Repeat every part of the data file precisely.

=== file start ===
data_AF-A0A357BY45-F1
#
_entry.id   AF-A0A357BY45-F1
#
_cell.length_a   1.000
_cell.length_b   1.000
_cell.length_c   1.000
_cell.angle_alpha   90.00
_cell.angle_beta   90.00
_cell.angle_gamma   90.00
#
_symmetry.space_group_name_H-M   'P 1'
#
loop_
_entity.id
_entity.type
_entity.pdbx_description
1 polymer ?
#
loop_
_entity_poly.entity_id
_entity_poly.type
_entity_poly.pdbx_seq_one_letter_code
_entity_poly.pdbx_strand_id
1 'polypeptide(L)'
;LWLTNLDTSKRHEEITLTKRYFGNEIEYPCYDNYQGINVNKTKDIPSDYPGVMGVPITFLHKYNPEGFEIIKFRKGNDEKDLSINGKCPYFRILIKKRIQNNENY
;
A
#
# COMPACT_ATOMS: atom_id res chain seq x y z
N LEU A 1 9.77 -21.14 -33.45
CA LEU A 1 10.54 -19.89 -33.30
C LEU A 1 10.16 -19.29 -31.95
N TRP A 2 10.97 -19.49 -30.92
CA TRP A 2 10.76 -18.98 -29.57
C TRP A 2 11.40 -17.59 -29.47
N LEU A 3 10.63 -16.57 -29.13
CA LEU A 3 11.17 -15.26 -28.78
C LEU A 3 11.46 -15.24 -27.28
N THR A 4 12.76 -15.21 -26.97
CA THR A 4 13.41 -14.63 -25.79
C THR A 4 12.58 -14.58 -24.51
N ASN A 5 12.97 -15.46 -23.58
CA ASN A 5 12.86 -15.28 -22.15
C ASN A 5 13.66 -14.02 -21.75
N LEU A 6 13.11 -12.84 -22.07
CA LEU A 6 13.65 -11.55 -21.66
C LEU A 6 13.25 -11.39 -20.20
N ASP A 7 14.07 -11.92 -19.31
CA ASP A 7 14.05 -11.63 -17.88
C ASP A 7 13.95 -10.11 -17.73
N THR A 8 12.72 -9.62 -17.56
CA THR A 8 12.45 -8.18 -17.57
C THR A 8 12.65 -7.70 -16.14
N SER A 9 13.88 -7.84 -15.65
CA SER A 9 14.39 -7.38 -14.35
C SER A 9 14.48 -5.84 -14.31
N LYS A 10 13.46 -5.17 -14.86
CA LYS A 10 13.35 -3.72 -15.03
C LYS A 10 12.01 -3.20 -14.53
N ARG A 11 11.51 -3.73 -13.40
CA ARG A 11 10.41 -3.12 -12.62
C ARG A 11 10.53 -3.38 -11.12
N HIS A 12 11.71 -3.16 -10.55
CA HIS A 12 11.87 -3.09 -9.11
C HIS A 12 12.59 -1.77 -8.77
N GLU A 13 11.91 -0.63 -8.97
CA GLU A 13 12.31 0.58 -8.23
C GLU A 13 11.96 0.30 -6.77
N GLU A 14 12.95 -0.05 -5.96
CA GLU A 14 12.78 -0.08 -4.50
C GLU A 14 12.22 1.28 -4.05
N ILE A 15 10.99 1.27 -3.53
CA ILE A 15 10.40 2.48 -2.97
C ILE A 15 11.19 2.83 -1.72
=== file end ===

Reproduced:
data_AF-A0A357BY45-F1
#
_entry.id   AF-A0A357BY45-F1
#
_cell.length_a   1.000
_cell.length_b   1.000
_cell.length_c   1.000
_cell.angle_alpha   90.00
_cell.angle_beta   90.00
_cell.angle_gamma   90.00
#
_symmetry.space_group_name_H-M   'P 1'
#
loop_
_entity.id
_entity.type
_entity.pdbx_description
1 polymer ?
#
loop_
_entity_poly.entity_id
_entity_poly.type
_entity_poly.pdbx_seq_one_letter_code
_entity_poly.pdbx_strand_id
1 'polypeptide(L)'
;LWLTNLDTSKRHEEITLTKRYFGNEIEYPCYDNYQGINVNKTKDIPSDYPGVMGVPITFLHKYNPEGFEIIKFRKGNDEKDLSINGKCPYFRILIKKRIQNNENY
;
A
#
# COMPACT_ATOMS: atom_id res chain seq x y z
N LEU A 1 9.77 -21.14 -33.45
CA LEU A 1 10.54 -19.89 -33.30
C LEU A 1 10.16 -19.29 -31.95
N TRP A 2 10.97 -19.49 -30.92
CA TRP A 2 10.76 -18.98 -29.57
C TRP A 2 11.40 -17.59 -29.47
N LEU A 3 10.63 -16.57 -29.13
CA LEU A 3 11.17 -15.26 -28.78
C LEU A 3 11.46 -15.24 -27.28
N THR A 4 12.76 -15.21 -26.97
CA THR A 4 13.41 -14.63 -25.79
C THR A 4 12.58 -14.58 -24.51
N ASN A 5 12.97 -15.46 -23.58
CA ASN A 5 12.86 -15.28 -22.15
C ASN A 5 13.66 -14.02 -21.75
N LEU A 6 13.11 -12.84 -22.07
CA LEU A 6 13.65 -11.55 -21.66
C LEU A 6 13.25 -11.39 -20.20
N ASP A 7 14.07 -11.92 -19.31
CA ASP A 7 14.05 -11.63 -17.88
C ASP A 7 13.95 -10.11 -17.73
N THR A 8 12.72 -9.62 -17.56
CA THR A 8 12.45 -8.18 -17.57
C THR A 8 12.65 -7.70 -16.14
N SER A 9 13.88 -7.84 -15.65
CA SER A 9 14.39 -7.38 -14.35
C SER A 9 14.48 -5.84 -14.31
N LYS A 10 13.46 -5.17 -14.86
CA LYS A 10 13.35 -3.72 -15.03
C LYS A 10 12.01 -3.20 -14.53
N ARG A 11 11.51 -3.73 -13.40
CA ARG A 11 10.41 -3.12 -12.62
C ARG A 11 10.53 -3.38 -11.12
N HIS A 12 11.71 -3.16 -10.55
CA HIS A 12 11.87 -3.09 -9.11
C HIS A 12 12.59 -1.77 -8.77
N GLU A 13 11.91 -0.63 -8.97
CA GLU A 13 12.31 0.58 -8.23
C GLU A 13 11.96 0.30 -6.77
N GLU A 14 12.95 -0.05 -5.96
CA GLU A 14 12.78 -0.08 -4.50
C GLU A 14 12.22 1.28 -4.05
N ILE A 15 10.99 1.27 -3.53
CA ILE A 15 10.40 2.48 -2.97
C ILE A 15 11.19 2.83 -1.72